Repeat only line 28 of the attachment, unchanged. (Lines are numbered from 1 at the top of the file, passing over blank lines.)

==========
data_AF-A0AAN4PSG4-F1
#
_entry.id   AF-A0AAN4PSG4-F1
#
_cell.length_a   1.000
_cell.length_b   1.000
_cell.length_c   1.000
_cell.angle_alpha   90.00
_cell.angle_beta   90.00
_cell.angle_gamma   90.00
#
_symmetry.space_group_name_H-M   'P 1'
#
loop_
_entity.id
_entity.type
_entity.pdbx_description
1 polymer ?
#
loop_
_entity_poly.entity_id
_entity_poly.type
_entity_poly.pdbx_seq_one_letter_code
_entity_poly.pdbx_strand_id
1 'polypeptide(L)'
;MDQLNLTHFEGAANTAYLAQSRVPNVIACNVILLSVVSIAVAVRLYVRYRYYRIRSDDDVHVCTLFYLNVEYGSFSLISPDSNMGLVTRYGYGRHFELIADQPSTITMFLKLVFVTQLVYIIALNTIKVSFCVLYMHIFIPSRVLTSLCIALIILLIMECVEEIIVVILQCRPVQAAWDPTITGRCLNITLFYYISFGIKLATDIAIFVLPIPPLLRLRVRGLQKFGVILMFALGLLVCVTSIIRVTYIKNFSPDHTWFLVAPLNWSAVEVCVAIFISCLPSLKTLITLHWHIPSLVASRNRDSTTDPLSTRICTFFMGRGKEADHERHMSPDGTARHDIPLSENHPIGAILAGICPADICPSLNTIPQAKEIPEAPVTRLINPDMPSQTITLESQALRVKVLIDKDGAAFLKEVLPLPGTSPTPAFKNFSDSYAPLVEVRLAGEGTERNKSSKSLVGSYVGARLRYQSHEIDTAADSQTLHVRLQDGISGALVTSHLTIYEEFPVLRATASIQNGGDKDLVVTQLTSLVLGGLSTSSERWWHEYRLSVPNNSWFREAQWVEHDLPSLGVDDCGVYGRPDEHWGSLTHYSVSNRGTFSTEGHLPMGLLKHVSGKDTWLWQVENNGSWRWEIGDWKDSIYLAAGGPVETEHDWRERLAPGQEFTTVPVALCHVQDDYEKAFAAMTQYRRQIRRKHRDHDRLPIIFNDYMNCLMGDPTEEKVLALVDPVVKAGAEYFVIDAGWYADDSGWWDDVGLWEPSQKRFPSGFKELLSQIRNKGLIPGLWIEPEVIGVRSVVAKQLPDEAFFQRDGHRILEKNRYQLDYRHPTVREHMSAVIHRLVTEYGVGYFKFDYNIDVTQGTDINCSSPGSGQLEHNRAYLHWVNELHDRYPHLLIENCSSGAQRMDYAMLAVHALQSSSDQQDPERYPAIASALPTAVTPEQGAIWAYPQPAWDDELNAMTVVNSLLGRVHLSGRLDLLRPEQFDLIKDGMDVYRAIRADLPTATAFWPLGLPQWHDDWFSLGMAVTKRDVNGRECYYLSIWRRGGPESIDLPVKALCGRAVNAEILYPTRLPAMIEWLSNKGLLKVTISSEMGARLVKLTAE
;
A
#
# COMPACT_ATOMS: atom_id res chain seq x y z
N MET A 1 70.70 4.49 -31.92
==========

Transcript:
A